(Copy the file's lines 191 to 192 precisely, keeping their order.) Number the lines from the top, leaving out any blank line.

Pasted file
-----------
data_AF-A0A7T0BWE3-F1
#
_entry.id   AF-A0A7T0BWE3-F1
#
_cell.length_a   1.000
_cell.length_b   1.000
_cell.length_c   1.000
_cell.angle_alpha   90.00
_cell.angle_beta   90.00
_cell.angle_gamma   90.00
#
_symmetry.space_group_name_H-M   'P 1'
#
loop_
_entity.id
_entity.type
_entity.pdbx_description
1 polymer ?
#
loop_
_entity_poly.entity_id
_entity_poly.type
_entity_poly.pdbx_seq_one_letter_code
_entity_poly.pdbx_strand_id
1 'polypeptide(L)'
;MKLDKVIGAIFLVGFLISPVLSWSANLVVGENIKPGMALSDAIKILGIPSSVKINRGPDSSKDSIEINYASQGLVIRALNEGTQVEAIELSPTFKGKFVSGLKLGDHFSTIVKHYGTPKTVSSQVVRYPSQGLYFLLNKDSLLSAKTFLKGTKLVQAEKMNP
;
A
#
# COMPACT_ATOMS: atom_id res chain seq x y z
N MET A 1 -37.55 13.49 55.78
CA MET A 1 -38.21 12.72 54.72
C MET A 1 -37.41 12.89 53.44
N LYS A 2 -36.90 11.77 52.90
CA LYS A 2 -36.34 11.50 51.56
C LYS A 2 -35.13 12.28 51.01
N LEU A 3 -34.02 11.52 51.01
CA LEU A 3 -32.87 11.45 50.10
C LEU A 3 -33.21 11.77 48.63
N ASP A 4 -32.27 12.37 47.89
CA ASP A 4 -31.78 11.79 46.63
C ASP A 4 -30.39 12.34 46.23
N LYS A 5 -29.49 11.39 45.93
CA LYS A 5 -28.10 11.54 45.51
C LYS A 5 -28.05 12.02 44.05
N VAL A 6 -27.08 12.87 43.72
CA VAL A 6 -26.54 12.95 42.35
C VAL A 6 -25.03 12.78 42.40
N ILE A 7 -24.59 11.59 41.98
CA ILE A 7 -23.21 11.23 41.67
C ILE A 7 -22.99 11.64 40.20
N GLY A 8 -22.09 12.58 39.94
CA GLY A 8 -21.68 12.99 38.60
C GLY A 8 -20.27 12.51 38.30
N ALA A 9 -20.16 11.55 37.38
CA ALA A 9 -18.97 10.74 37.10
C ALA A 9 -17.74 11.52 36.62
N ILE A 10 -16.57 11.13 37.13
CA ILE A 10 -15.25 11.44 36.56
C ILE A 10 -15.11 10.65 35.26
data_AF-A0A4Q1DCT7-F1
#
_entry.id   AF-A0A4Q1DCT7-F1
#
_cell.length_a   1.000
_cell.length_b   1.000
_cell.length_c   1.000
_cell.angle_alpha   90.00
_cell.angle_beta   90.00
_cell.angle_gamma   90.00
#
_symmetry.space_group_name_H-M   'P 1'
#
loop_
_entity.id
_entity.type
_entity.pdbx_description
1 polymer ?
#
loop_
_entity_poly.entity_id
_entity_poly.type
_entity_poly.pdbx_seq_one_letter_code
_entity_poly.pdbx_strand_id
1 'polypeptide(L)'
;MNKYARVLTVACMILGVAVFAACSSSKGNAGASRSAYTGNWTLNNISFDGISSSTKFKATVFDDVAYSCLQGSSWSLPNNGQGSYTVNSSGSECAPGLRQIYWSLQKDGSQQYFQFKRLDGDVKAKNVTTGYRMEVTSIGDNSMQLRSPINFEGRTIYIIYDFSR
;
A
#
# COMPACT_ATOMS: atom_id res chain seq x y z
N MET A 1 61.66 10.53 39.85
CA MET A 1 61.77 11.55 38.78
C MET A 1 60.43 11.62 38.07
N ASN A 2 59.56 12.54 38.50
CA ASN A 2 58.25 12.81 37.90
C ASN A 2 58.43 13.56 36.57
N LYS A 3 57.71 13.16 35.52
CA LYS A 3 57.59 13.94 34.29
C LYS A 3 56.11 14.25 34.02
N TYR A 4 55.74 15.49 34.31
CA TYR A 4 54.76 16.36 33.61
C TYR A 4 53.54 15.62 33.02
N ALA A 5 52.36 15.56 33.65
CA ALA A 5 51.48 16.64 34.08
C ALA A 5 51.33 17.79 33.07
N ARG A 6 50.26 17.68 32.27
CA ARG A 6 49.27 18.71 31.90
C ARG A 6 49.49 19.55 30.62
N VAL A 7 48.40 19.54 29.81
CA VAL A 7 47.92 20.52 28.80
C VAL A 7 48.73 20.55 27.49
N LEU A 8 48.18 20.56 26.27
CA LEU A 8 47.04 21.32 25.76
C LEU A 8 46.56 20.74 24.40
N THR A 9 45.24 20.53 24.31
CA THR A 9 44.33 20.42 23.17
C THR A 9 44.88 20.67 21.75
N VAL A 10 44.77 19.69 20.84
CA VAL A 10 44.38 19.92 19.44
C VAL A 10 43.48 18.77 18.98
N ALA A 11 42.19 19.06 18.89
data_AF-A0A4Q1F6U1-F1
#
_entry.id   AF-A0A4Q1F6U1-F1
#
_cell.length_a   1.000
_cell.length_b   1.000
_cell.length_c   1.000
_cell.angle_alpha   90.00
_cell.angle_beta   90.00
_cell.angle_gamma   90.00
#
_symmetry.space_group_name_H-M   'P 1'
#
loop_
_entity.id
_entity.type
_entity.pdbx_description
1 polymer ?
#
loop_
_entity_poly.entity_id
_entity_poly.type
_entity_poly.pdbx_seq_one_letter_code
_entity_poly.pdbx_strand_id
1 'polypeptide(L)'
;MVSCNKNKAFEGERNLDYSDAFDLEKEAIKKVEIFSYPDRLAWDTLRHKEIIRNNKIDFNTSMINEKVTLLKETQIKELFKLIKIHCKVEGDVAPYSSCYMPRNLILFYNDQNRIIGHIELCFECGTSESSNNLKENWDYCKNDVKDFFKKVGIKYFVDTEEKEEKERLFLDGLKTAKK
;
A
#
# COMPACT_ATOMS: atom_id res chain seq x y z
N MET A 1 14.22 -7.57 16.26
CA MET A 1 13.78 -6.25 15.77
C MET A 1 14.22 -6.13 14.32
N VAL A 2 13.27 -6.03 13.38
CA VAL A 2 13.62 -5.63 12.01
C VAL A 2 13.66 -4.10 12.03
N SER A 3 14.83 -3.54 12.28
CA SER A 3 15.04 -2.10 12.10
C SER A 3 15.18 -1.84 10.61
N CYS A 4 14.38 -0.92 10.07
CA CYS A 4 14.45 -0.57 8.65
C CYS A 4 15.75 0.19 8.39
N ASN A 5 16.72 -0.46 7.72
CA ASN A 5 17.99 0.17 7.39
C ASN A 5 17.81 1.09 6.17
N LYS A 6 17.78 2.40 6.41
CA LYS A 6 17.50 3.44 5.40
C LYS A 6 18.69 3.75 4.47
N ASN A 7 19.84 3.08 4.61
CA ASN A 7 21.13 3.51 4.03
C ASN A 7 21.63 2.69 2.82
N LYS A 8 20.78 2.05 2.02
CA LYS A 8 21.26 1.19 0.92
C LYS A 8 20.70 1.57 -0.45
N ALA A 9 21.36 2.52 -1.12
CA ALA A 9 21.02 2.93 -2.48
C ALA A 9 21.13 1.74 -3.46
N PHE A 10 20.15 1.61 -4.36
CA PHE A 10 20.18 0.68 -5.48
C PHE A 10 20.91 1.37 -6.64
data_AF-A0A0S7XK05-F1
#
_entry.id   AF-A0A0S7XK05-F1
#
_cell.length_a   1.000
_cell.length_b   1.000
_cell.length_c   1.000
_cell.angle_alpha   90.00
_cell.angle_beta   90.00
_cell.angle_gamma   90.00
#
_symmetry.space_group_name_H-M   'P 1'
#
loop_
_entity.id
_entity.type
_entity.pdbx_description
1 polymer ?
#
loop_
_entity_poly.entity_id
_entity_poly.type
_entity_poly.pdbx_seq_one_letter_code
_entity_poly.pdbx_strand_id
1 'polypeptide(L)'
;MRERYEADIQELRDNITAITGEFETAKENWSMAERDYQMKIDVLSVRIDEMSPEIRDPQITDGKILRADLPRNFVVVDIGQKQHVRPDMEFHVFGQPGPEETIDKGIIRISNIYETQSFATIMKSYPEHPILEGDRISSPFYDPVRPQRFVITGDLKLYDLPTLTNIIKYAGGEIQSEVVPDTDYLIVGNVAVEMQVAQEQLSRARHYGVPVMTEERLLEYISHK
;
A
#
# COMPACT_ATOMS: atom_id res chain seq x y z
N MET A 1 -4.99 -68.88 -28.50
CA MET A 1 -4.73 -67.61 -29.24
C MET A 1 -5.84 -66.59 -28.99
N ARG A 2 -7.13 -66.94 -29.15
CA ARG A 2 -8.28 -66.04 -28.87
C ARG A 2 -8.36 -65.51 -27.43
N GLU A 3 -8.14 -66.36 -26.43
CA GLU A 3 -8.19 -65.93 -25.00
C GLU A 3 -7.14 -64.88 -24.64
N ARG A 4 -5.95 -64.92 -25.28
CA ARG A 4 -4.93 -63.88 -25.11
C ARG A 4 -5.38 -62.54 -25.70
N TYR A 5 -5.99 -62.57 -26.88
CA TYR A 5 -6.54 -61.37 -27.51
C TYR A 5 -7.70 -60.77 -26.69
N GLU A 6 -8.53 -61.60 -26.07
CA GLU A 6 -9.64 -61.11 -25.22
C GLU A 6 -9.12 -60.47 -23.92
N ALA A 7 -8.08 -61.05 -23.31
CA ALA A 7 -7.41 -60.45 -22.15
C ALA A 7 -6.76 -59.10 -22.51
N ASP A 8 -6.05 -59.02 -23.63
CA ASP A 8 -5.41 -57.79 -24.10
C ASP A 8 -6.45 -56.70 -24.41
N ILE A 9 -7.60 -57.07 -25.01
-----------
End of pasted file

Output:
_cell.angle_gamma   90.00
#